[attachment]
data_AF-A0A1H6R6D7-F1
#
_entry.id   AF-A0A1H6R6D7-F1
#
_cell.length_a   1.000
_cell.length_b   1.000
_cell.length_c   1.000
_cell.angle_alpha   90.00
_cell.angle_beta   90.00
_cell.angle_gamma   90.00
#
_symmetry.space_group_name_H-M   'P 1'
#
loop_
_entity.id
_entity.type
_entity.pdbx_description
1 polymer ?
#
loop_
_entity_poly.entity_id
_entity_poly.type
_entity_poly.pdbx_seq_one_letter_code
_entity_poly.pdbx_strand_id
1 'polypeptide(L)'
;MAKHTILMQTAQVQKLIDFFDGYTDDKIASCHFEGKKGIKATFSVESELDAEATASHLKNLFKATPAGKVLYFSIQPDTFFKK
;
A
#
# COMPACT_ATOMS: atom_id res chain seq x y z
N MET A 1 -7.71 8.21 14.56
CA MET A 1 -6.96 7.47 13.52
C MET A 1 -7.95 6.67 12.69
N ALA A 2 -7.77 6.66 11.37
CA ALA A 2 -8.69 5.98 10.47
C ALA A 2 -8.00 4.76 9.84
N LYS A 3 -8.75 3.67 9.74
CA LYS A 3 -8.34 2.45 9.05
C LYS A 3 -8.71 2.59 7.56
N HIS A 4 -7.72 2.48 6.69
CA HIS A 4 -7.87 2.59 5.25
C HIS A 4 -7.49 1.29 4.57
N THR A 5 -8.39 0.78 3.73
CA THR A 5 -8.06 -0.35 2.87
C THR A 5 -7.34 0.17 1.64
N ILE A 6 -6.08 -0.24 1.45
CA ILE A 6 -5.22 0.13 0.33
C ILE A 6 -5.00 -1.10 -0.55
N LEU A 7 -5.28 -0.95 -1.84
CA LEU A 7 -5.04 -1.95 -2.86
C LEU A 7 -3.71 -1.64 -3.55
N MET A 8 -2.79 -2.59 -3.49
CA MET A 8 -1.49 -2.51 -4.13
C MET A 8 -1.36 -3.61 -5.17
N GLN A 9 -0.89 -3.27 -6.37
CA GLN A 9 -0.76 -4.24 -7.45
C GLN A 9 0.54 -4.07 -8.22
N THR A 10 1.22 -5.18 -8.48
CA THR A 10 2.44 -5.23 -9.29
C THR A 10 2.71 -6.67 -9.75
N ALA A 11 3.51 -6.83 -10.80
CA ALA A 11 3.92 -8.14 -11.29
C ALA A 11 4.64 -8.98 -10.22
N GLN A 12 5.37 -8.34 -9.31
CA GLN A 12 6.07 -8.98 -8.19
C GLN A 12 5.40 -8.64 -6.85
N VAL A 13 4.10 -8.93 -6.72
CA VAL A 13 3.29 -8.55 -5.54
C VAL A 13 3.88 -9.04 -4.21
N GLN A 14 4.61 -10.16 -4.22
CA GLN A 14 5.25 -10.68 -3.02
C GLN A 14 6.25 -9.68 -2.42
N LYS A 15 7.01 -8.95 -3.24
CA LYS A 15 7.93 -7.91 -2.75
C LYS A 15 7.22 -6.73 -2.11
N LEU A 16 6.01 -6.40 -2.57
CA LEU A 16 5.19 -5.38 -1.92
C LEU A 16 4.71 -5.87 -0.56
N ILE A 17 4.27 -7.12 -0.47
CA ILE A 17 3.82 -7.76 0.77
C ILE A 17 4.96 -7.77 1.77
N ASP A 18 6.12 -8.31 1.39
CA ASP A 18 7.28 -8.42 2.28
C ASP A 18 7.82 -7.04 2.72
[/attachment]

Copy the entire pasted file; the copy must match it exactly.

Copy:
data_AF-A0A1H6R6D7-F1
#
_entry.id   AF-A0A1H6R6D7-F1
#
_cell.length_a   1.000
_cell.length_b   1.000
_cell.length_c   1.000
_cell.angle_alpha   90.00
_cell.angle_beta   90.00
_cell.angle_gamma   90.00
#
_symmetry.space_group_name_H-M   'P 1'
#
loop_
_entity.id
_entity.type
_entity.pdbx_description
1 polymer ?
#
loop_
_entity_poly.entity_id
_entity_poly.type
_entity_poly.pdbx_seq_one_letter_code
_entity_poly.pdbx_strand_id
1 'polypeptide(L)'
;MAKHTILMQTAQVQKLIDFFDGYTDDKIASCHFEGKKGIKATFSVESELDAEATASHLKNLFKATPAGKVLYFSIQPDTFFKK
;
A
#
# COMPACT_ATOMS: atom_id res chain seq x y z
N MET A 1 -7.71 8.21 14.56
CA MET A 1 -6.96 7.47 13.52
C MET A 1 -7.95 6.67 12.69
N ALA A 2 -7.77 6.66 11.37
CA ALA A 2 -8.69 5.98 10.47
C ALA A 2 -8.00 4.76 9.84
N LYS A 3 -8.75 3.67 9.74
CA LYS A 3 -8.34 2.45 9.05
C LYS A 3 -8.71 2.59 7.56
N HIS A 4 -7.72 2.48 6.69
CA HIS A 4 -7.87 2.59 5.25
C HIS A 4 -7.49 1.29 4.57
N THR A 5 -8.39 0.78 3.73
CA THR A 5 -8.06 -0.35 2.87
C THR A 5 -7.34 0.17 1.64
N ILE A 6 -6.08 -0.24 1.45
CA ILE A 6 -5.22 0.13 0.33
C ILE A 6 -5.00 -1.10 -0.55
N LEU A 7 -5.28 -0.95 -1.84
CA LEU A 7 -5.04 -1.95 -2.86
C LEU A 7 -3.71 -1.64 -3.55
N MET A 8 -2.79 -2.59 -3.49
CA MET A 8 -1.49 -2.51 -4.13
C MET A 8 -1.36 -3.61 -5.17
N GLN A 9 -0.89 -3.27 -6.37
CA GLN A 9 -0.76 -4.24 -7.45
C GLN A 9 0.54 -4.07 -8.22
N THR A 10 1.22 -5.18 -8.48
CA THR A 10 2.44 -5.23 -9.29
C THR A 10 2.71 -6.67 -9.75
N ALA A 11 3.51 -6.83 -10.80
CA ALA A 11 3.92 -8.14 -11.29
C ALA A 11 4.64 -8.98 -10.22
N GLN A 12 5.37 -8.34 -9.31
CA GLN A 12 6.07 -8.98 -8.19
C GLN A 12 5.40 -8.64 -6.85
N VAL A 13 4.10 -8.93 -6.72
CA VAL A 13 3.29 -8.55 -5.54
C VAL A 13 3.88 -9.04 -4.21
N GLN A 14 4.61 -10.16 -4.22
CA GLN A 14 5.25 -10.68 -3.02
C GLN A 14 6.25 -9.68 -2.42
N LYS A 15 7.01 -8.95 -3.24
CA LYS A 15 7.93 -7.91 -2.75
C LYS A 15 7.22 -6.73 -2.11
N LEU A 16 6.01 -6.40 -2.57
CA LEU A 16 5.19 -5.38 -1.92
C LEU A 16 4.71 -5.87 -0.56
N ILE A 17 4.27 -7.12 -0.47
CA ILE A 17 3.82 -7.76 0.77
C ILE A 17 4.96 -7.77 1.77
N ASP A 18 6.12 -8.31 1.39
CA ASP A 18 7.28 -8.42 2.28
C ASP A 18 7.82 -7.04 2.72